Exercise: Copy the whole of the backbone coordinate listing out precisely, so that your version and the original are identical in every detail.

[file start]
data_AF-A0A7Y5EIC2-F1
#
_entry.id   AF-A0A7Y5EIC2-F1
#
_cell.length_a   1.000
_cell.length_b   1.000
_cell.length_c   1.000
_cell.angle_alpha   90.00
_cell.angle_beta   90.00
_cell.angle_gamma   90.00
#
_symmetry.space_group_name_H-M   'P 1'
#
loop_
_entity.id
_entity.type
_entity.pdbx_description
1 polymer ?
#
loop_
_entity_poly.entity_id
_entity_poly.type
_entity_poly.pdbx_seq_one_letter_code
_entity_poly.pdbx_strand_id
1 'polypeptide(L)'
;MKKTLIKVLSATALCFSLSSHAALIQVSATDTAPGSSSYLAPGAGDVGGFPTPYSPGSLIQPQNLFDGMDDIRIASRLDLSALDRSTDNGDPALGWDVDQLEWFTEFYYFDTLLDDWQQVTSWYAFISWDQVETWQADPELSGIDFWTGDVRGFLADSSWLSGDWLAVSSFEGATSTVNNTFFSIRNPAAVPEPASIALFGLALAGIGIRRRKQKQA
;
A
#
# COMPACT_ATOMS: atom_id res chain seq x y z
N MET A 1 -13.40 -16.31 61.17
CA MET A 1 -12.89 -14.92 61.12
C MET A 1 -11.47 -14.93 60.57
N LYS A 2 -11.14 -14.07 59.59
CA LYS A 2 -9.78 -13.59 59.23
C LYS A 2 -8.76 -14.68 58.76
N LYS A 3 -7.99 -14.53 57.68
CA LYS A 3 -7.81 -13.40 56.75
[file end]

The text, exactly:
data_AF-A0A7Y5EIC2-F1
#
_entry.id   AF-A0A7Y5EIC2-F1
#
_cell.length_a   1.000
_cell.length_b   1.000
_cell.length_c   1.000
_cell.angle_alpha   90.00
_cell.angle_beta   90.00
_cell.angle_gamma   90.00
#
_symmetry.space_group_name_H-M   'P 1'
#
loop_
_entity.id
_entity.type
_entity.pdbx_description
1 polymer ?
#
loop_
_entity_poly.entity_id
_entity_poly.type
_entity_poly.pdbx_seq_one_letter_code
_entity_poly.pdbx_strand_id
1 'polypeptide(L)'
;MKKTLIKVLSATALCFSLSSHAALIQVSATDTAPGSSSYLAPGAGDVGGFPTPYSPGSLIQPQNLFDGMDDIRIASRLDLSALDRSTDNGDPALGWDVDQLEWFTEFYYFDTLLDDWQQVTSWYAFISWDQVETWQADPELSGIDFWTGDVRGFLADSSWLSGDWLAVSSFEGATSTVNNTFFSIRNPAAVPEPASIALFGLALAGIGIRRRKQKQA
;
A
#
# COMPACT_ATOMS: atom_id res chain seq x y z
N MET A 1 -13.40 -16.31 61.17
CA MET A 1 -12.89 -14.92 61.12
C MET A 1 -11.47 -14.93 60.57
N LYS A 2 -11.14 -14.07 59.59
CA LYS A 2 -9.78 -13.59 59.23
C LYS A 2 -8.76 -14.68 58.76
N LYS A 3 -7.99 -14.53 57.68
CA LYS A 3 -7.81 -13.40 56.75